This guest post is written by Jenna Gensic. Jenna is the mom of a former client of mine for whom I recommended social stories to assist with transitions, learning activities and feeding. Sometimes, and this was the case here, it is a double edged sword to recommend something you KNOW will work for a child/family but that will ADD stress and time spent on "therapy." I was so glad when Jenna sent me a message this week stating that she had found an app that was alleviating some of the stress for them and I promptly asked her to write a guest post to share her new "treasure" with others. ~Jennifer
If my son’s life were a blog post, these would be a few of the tags: Micropreemie. Trach. Ventilator. NG tube. G-tube. Surgeries. Retinopathy of Prematurity. Ataxia. Cerebral Palsy. Autism? Sensory Processing Disorder. Oral Aversion. Feeding Disorder.
Over the last three years, my husband and I have discovered the power of social stories to manage Mikan’s behavioral problems associated with his complex medical history. Although Mikan hasn’t yet officially been diagnosed with Autism, his therapists and doctors have repeatedly discussed the possibility of this label. Regardless of the official determination, Mikan has responded well to social stories, an approach typically used with children on The Spectrum.
For over a year now, we have created stories with text and pictures both by hand and on the computer that introduce Mikan to specific social practices. A few of these included how to act at the dinner table, how to greet someone we know, how to share toys, and how to interact with different foods. Mikan loved reading about himself and looking at the pictures. Previewing behavior expectations and schedule changes reduced his anxiety and eased transitions.
While we were pleased with this intervention, like any other therapeutic strategy, it demanded extra time to be effectively implemented. I kept a special notebook for stories I needed to develop quickly. I used PowerPoint when I had more time. I was proud of my slide transitions, text animations, and integration of family pictures with clip art. I would call Mikan to the computer regularly to “read” the stories with me. He has a precocious ability to read and welcomed this routine.
But sometime in his third year, each passing month brought a new behavioral quirk that needed addressing. His therapists and doctors’ answer? Make a social story. So I made one. And another. And another. But I found myself using my trusty notebook more than the computer. It was simply quicker. I knew it wasn’t as effective, so I returned to the computer whenever I could find time. As the months passed, I burnt out. It took me about forty minutes to create each presentation. I was tired of making them. Realizing this would be a long-term intervention, I sought help.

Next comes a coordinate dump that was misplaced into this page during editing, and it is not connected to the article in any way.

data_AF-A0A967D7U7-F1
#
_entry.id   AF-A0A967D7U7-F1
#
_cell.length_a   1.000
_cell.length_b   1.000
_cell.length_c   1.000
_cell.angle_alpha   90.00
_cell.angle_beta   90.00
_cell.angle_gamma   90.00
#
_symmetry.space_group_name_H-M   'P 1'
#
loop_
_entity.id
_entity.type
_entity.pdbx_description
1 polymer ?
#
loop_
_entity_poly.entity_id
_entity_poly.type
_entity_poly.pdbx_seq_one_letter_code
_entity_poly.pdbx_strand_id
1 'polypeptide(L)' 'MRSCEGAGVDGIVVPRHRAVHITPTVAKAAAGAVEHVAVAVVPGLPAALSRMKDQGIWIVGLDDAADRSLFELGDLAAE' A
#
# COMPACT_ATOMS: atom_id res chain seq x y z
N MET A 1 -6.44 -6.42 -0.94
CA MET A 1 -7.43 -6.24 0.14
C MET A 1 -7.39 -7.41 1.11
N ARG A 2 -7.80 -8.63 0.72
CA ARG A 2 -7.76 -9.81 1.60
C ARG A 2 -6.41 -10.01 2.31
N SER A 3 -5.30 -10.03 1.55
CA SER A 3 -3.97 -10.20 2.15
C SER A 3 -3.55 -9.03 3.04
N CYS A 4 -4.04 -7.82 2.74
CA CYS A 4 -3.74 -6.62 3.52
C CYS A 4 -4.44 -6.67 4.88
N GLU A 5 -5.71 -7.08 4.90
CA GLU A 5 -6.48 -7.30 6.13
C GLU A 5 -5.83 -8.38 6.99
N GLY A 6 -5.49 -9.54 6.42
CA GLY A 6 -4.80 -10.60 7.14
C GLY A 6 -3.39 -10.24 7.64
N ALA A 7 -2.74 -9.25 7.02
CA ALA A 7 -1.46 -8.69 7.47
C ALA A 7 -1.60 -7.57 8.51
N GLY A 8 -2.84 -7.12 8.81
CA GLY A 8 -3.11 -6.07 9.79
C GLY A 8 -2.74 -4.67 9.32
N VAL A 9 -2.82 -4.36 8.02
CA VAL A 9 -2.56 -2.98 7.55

We had purchased an iPad shortly after Mikan turned two to test some voice augmentation apps (He was still nonverbal.). We were fascinated by his progress. He quickly learned to navigate different apps and browse YouTube for educational videos. I wanted to harness his iPad interest and channel it into a social stories app. For months I conducted App Store searches, browsed lists of “Autism apps” distributed by his developmental pediatrician, and followed up on referrals from friends and health professionals.
I found many apps with stock stories such as Routines and Going Places. These apps contain pre-made stories with audio, text, and pictures that discuss a specific routine such as getting ready for school, going to the grocery store, or visiting the doctor. These are nice because they require zero effort. But I still sought an affordable app that advertised customizable stories. I wanted to make stories to address Mikan’s specific needs. I knew I wasn’t going to find any pre-made story about drinking from different kinds of cups when the special blue Rubbermaid cup is in the dishwasher.
But last week I found my Holy Grail: My Stories. This app is affordable ($2.99) and efficient. In less than five minutes, I can create a custom story with text, pictures, and audio that is available for my son to view whenever he wants, not just on my prescriptive times. Mikan loves turning the pages and tapping the pictures, and soon he will be able to record his own audio. In the past week, he has already reviewed the stories more than we have together at our computer over the last two months. And I’m not tired! I enjoy creating these stories because I know they will be effective and my efforts will not swallow up the limited free time I have every few days.
However, this is still a relatively new app. The current version only allows you to create nine social stories, but the developer plans on expanding this capability in future updates and seems committed to regular improvements. I’ve also encountered a few bugs that unexpectedly deleted a few of my stories. Hopefully these will also be addressed in future updates. Although, honestly, the bug only mildly irritated me since it was so easy to recreate my work.
My Stories has jumpstarted my commitment to this therapeutic approach with the level of intensity it demands. I’m excited to share it with other weary parents and caregivers. While I’m pleased these social stories will help mainstream my son and lessen my compulsion to explain his behaviors in public, I am more excited that they will support his comfortable growth in the world around him, increase his quality of life, and help him live out his human potential.